Luana (Loffer) Corbin

As It Was Contributor

Luana (Loffer) Corbin was born and raised in Jackson County in the Phoenix area.  Her parents owned a farm and fruit orchard, and she spent her childhood in the country.  After graduating from St. Mary’s High School in Medford, Corbin enrolled at Southern Oregon College, majoring in Elementary Education.  The summer after graduation she was hired to teach at Ruch Elementary, where she taught for 32 years.  She considered teaching at a small country school as a wonderful experience that helped her appreciate regional history.  After retiring, Corbin worked for Lifetouch School Photography and then returned to Ruch as an aide helping with reading instruction and at the library.  More recently, she has volunteered at South Medford High.

Children and learning are her passions.  She lives with her husband, Richard, and a black lab, Kelly, on a small farm outside Phoenix.

Many early-day logging companies around the world used a curious looking piece of equipment called a “Walking Dudley,” described as a power car on rails.

Snow removal at Crater Lake in the 1930’s created pals of Harry “Happy” Fuller and a snowplow machine he named Betsy.

Gold and Timber have played an important role about 25 miles northwest of Grants Pass and three miles downstream from Galice. The location was once the small logging and sawmill camp of Yankville.

During the 1940’s and 50’s Mario Lanza became the most famous operatic tenor of the time.  Lanza admired tenor Enrico Caruso, and in 1951, he played the role of Caruso in the movie titled “The Great Caruso.”

One afternoon in 1905, renowned opera singer Ed Andrews, musical director Charles Hazelrigg and members of his Andrews Opera troupe arrived without fanfare at the Medford, Ore., train station. 
Having traveled by train through the Rogue Valley frequently, they had decided to close their opera company and move to Medford.

When Germany threatened to invade England in the summer of 1940, the British government created the Children’s Overseas Reception Board that sent children to safety in Canada, New Zealand, Australia, South Africa, and the United States.

A photograph in the Medford Mail Tribune of March 16, 1960, shows building contractor Meyers Jones of the Siskiyou Development Co. handing the keys to Merle Van Hoosen, manager of a new roller skating rink.

Before the advent of “talkies” in 1927, silent films entertained audiences with dialogue created by gestures, mime or title cards. At the height of the silent movie era, films without sound were shipped to theaters.

In 1937, a 23-year-old native of Medford, Ore., Robert G. Emmens, joined the U.S. Army Air Corps and five years later co-piloted one of the 16 B-25 bombers in the famous Doolittle Raid on Japan during World War II.

Lake County completed work in 1909 on a new three-story courthouse designed by architect Charles Henry Burggraf.  The main tower contained a clock and chimes built in 1908 by the McShane Bell and Foundry Co.

Music lovers in Medford were entertained in 1902 by an enterprising businessman, H. S. Coss, whose Piano House store offered a series of musicals featuring local men and women performing vocal selections and piano pieces.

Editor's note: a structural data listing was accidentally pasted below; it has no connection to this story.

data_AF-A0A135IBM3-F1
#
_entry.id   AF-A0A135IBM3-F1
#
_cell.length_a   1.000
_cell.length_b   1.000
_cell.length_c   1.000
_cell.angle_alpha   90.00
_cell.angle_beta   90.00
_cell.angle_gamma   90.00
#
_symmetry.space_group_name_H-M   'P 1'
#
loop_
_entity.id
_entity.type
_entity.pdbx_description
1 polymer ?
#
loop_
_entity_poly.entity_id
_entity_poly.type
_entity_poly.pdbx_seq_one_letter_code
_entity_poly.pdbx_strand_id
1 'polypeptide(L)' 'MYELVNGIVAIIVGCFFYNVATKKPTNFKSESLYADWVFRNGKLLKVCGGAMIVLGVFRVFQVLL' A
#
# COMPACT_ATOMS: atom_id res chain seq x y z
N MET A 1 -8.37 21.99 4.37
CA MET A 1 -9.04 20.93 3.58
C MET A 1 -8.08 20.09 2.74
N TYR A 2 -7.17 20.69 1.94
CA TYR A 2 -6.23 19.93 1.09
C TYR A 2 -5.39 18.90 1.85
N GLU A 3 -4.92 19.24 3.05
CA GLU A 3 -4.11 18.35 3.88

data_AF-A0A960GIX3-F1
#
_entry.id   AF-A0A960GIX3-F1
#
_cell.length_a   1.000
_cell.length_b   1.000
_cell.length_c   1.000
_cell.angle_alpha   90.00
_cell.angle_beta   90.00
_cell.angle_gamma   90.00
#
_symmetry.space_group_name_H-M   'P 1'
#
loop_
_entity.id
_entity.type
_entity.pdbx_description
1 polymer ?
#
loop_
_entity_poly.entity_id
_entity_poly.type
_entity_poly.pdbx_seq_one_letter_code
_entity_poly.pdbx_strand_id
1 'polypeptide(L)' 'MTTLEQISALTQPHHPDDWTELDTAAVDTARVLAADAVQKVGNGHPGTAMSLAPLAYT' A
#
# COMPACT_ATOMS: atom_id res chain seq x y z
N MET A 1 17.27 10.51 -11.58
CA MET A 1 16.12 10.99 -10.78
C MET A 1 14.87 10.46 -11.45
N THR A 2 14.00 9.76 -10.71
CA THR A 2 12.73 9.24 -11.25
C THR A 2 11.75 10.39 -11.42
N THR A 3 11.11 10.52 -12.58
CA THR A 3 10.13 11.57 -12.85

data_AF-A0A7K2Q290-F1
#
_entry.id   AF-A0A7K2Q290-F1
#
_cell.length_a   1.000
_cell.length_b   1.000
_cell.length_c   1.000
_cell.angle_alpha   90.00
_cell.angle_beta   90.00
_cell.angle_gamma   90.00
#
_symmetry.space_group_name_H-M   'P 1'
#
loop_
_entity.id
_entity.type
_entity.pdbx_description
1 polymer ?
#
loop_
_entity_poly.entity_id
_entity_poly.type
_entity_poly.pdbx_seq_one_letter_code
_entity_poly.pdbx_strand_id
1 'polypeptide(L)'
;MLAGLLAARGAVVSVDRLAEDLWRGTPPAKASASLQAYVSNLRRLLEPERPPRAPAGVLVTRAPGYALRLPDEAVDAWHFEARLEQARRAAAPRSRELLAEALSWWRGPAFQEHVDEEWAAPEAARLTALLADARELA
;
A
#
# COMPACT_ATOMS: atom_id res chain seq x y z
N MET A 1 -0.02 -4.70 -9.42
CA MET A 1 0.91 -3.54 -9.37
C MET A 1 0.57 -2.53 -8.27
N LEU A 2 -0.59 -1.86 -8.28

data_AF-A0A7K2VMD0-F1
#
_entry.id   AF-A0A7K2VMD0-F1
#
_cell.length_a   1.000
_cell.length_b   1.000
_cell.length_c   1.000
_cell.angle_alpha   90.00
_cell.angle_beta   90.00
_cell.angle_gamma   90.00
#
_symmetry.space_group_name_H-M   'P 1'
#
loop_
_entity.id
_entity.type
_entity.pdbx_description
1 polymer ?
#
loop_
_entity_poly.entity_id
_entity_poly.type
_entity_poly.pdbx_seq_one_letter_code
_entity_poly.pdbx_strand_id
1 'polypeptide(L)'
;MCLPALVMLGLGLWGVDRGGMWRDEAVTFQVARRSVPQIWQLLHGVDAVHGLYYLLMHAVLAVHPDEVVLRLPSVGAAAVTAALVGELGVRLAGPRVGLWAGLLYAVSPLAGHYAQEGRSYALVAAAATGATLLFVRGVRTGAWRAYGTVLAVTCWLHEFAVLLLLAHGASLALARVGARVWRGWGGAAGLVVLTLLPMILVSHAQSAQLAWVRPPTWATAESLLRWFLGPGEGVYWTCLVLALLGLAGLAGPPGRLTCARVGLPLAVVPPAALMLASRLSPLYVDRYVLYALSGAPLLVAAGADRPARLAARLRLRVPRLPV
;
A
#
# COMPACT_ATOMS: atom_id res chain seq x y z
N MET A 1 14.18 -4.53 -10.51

A small parcel of land facing California Street in Jacksonville, Ore., has played a major role in the town’s history.

For 11 years, skiers participated in the Crater Lake Wilderness Race.  Twenty-four competed in the first, 42.6-mile course in 1927 that followed the Crater Lake highway from Fort Klamath to Crater Lake Lodge and back with a 2,200-foot elevation change.

Jefferson Public Radio broadcast an As It Was story last month about ballet dancer Janet Reed Erskine, who was born in Tolo, Ore.  The story’s sources identified her as Odette the swan queen in the first full-length American production of Swan Lake.

A Snow Carnival at the south boundary of Crater Lake attracted thousands in the 1920’s and 30’s.  The Crater Lake Ski Club, Pelican Club and other Klamath community organizations helped sponsor the event.  Activities included snowballing, snow races, toboggan and sleigh rides, barefoot races, sled dog races, ski jumping and a homing pigeon race.

Arthur Shaw’s love of classical music and his desire to share it with others began while in high school. One day while he and other musicians were practicing by the school auditorium, some athletes came clumping by on cleated shoes, interrupting the music.  Shaw determined to do something about it.

Born in 1916 in Tolo, Ore., Janet Reed Erskine remembered being in a pageant at age six, more interested in her new dress than anything else, until she got in front of the audience.  She loved to perform.

Grants Pass merchants raised enough money in 1907 to bring R. L. Berry to town as a highlight to their “Great Industrial and Irrigation Fair.”  Berry had lived in Grants Pass as a youngster and the city felt honored to welcome back a local boy who had dazzled crowds in Portland as a hot air balloon aeronaut.

On December 7, 1941, the USS Tennessee was berthed on Battleship Row in Pearl Harbor next to the USS West Virginia and the USS Arizona. Seventeen-year-old Boyd Gibson was on the Tennessee getting ready to go on liberty and head to town at 8 a.m.

An 18-year-old editor, Edward Robison, began publishing a newspaper in January 1892 to provide news coverage and reading material for the small town of Talent, Ore.